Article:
Bernardin lecture series to focus on the challenge of Latinos to the church
COLUMBIA — The growing Latino population, largely Catholic, and the challenges and opportunities it presents to the Catholic Church in the United States will be the subject of the annual Joseph Cardinal Bernardin Lecture on Oct. 22 at the University of South Carolina.
Ana Maria Diaz-Stevens, Ph.D., professor of church and society at Union Theological Seminary in New York, will speak at 7:30 p.m. in Belk Auditorium in the Moore School of Business. Her talk is on “Dissonance, Harmony, and Improvisation: The Challenge of Latinos to the Catholic Church.”
In a press release, Diaz-Stevens said the challenge for the U.S. Catholic Church begins with the understanding that meeting the needs of Latinos requires as varied an approach as the spectrum of cultural backgrounds they represent.
“I want the audience to be restless when they leave my lecture,” Diaz-Stevens said. “I want them to think over and over again about diversity, complexity and the youth of Hispanic people in the United States, as well as the gifts and promise they bring for the future of the Catholic Church.
“Hispanics want to feel welcome and appreciated for the traditions and gifts they bring. They bring a complexity and richness of history, culture, language and religiosity that far exceeds most common knowledge. It is our challenge as individuals and laity and the Catholic Church’s challenge as an institution to respond with knowledge and an understanding of the reality behind the perceptions of Latinos and Latinas.”
The annual lecture is sponsored by the College of Arts and Sciences and its department of religious studies. It will include a panel discussion at 3 p.m. Oct. 23 in Lumpkin Auditorium on the eighth floor of the Moore School.
The panel discussion, “Who? What? And I Don’t Know!: A Survivor’s Guide to Latino Religion,” will feature Anthony Stevens-Arroyo, Ph.D., professor emeritus of Puerto Rican and Latino Studies at Brooklyn College and distinguished scholar of the City University of New York.
Other panelists include Diaz-Stevens; Elaine Lacy, Ph.D., researcher with the Consortium for Latino Immigration Studies at the University of South Carolina; Rev. Sonia Ortigoza, Hispanic congregational specialist with the S.C. Conference of the United Methodist Church and director of the S.C. Hispanic Leadership Council; and Brother Carlos Luis Parilla, director of Hispanic ministries for the Diocese of Charleston.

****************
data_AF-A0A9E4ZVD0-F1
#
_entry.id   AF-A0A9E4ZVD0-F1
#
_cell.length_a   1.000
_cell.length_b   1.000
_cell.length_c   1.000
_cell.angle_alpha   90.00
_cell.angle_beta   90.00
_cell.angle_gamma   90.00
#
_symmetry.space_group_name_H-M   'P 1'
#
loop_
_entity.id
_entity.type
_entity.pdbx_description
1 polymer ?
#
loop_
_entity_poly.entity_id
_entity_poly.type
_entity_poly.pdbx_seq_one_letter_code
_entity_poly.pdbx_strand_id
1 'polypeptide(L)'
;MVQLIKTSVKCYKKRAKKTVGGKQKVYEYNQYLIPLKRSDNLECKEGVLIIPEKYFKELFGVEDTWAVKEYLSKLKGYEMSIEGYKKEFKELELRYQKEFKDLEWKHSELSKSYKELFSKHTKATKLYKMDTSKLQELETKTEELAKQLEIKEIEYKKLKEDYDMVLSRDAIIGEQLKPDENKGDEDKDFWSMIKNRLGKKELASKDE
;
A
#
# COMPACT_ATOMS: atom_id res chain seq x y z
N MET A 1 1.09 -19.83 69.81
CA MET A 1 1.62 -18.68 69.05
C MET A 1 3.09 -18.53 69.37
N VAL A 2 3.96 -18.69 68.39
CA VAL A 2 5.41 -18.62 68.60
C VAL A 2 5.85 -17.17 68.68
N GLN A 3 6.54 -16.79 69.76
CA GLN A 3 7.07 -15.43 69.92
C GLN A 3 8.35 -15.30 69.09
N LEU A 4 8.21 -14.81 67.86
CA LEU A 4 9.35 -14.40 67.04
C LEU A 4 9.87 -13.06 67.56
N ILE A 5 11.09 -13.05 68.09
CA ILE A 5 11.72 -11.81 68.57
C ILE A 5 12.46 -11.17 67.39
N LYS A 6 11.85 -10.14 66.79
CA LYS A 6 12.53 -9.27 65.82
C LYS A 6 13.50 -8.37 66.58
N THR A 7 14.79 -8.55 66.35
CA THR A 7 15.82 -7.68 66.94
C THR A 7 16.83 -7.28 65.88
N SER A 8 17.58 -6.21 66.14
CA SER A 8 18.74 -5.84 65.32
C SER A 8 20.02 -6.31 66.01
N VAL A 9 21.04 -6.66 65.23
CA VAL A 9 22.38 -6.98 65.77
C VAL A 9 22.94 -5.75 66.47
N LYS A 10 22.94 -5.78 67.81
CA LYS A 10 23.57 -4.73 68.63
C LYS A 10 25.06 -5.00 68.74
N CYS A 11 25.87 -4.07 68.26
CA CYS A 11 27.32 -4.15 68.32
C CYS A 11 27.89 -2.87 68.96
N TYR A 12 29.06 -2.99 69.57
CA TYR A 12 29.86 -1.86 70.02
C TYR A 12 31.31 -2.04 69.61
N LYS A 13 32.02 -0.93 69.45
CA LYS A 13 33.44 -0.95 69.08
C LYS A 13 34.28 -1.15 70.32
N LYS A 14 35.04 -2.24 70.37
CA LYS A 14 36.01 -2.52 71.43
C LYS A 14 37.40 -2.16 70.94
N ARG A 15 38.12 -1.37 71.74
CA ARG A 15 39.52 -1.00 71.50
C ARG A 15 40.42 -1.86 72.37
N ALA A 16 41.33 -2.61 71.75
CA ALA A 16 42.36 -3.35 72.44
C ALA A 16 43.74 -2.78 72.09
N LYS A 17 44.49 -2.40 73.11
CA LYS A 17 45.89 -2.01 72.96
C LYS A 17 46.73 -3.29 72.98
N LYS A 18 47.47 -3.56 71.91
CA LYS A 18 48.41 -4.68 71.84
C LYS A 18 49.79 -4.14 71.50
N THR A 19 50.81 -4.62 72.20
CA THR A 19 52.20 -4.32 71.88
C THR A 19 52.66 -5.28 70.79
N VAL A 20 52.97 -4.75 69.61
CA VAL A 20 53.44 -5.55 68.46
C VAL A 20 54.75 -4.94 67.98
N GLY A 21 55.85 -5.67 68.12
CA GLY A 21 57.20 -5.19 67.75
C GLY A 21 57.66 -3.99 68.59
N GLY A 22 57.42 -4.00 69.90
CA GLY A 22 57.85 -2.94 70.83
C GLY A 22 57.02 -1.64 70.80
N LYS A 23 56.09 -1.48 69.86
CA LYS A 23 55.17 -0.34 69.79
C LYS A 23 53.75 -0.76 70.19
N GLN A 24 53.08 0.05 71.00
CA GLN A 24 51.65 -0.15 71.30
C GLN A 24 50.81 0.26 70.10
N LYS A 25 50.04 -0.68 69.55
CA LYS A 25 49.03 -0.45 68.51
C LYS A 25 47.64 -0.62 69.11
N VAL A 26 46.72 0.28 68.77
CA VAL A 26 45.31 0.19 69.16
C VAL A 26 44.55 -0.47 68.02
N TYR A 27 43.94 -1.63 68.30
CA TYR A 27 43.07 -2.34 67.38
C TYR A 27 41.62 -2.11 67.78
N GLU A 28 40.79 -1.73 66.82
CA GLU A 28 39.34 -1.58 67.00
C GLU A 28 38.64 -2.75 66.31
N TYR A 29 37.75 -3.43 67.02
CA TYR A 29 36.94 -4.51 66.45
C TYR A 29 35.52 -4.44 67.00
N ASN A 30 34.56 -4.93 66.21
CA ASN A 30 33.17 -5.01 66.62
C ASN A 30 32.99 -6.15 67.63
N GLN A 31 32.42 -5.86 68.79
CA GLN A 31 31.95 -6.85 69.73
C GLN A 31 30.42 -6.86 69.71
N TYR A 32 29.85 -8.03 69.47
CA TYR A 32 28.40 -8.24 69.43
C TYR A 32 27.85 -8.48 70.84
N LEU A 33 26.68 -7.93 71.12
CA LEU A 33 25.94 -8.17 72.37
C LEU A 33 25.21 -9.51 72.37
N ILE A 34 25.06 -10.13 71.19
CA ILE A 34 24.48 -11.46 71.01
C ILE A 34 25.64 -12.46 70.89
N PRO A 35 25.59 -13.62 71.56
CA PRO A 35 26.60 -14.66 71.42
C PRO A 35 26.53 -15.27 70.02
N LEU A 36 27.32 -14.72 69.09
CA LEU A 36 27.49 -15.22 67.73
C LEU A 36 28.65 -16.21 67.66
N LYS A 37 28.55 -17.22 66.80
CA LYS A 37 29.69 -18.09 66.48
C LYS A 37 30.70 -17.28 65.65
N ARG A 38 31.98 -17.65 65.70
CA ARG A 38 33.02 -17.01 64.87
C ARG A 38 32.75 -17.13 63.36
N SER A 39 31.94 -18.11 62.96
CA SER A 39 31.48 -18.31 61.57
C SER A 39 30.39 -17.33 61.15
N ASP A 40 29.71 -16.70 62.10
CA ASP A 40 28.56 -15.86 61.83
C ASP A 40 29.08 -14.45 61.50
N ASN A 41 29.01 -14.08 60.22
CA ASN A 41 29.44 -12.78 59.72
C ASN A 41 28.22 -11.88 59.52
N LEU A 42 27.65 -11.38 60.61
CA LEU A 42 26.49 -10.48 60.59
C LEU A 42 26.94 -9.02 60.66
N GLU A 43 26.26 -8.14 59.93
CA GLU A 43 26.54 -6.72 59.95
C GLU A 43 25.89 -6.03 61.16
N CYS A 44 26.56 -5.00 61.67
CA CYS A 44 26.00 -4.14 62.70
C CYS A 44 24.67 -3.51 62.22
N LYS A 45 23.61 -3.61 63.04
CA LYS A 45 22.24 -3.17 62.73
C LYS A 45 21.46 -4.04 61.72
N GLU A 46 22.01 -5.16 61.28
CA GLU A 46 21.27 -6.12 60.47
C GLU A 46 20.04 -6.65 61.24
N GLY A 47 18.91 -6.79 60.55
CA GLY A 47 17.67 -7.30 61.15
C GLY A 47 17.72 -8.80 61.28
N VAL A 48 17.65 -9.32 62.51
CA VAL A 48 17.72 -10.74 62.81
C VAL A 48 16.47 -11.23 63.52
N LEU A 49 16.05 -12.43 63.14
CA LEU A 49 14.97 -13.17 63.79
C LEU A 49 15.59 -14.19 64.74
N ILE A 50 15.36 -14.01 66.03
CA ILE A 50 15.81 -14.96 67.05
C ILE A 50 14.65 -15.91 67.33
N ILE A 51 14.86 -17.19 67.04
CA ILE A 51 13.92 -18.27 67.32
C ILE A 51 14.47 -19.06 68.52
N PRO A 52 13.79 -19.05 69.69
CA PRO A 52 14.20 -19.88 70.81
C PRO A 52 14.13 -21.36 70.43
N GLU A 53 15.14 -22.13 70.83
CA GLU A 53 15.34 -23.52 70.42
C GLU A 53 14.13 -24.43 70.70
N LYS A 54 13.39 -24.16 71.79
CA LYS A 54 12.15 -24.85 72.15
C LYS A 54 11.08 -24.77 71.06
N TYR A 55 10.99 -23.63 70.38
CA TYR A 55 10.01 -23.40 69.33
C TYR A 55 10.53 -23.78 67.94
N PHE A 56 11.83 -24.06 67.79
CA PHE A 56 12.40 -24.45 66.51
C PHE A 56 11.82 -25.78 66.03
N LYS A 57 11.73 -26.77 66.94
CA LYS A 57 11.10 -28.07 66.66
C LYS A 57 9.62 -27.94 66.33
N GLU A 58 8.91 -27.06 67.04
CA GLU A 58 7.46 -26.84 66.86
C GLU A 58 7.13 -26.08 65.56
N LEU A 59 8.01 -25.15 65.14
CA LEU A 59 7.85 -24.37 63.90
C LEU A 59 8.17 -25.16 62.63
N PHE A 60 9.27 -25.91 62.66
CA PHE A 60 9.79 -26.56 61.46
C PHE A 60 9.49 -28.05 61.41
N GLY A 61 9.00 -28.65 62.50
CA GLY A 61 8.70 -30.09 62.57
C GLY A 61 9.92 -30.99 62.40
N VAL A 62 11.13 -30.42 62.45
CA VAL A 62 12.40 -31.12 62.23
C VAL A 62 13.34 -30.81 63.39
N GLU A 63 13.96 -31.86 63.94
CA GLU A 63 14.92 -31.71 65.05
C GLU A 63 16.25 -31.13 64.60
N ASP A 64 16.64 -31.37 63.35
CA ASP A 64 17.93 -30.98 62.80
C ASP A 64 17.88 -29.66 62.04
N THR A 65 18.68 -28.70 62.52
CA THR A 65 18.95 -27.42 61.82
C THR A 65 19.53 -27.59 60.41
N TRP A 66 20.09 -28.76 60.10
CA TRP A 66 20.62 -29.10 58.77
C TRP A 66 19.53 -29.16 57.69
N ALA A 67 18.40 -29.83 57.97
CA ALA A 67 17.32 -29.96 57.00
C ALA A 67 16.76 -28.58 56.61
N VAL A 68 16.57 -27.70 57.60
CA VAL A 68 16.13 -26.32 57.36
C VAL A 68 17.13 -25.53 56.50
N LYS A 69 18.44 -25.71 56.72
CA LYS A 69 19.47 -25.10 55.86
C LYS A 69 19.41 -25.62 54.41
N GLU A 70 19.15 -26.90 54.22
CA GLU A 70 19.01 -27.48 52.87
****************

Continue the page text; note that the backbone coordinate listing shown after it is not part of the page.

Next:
Diaz-Stevens is an expert on religion among Latinos. She is a founding member of the Program for the Analysis of Religion Among Latinos/Latinas and is actively involved in Catholic Common Ground Initiative and the Society for the Scientific Study of Religion. She is associate editor of Macmillan Encyclopedia of Contemporary Religion and has written or co-written several books, including “Recognizing the Latino Resurgence in U.S. Religion: the Emmaus Paradigm.” She is working on a manuscript titled “Faith of Our Mothers: the Roots and Routes of Latina Ministry.”
Stevens-Arroyo is retired director of the Center for Study of Religion in Society and Culture and the Program for Studies of Religion at Brooklyn College. He is the author of nine books and writes an online blog about faith for the Newsweek/Washington Post Web site. He recently helped found the Northeast Latino Coalition to help meet the challenges of the growing Latino population there. Next month, he will be honored by Georgetown University with its CARA Award for life-long contributions to research on Catholicism.
The Joseph Cardinal Bernardin Lecture was inaugurated in 1999 to honor the Columbia native, former University of South Carolina student and distinguished leader in the Catholic Church as a priest and then archbishop of Chicago. The university is working to raise funds to establish the Joseph Cardinal Bernardin Chair in Ethical, Moral and Religious Studies.
For more information
about the lectureship, contact
Mardi McCabe at (803) 777-
4100 or email@example.com, or visit www.cas.sc.edu/relg/department/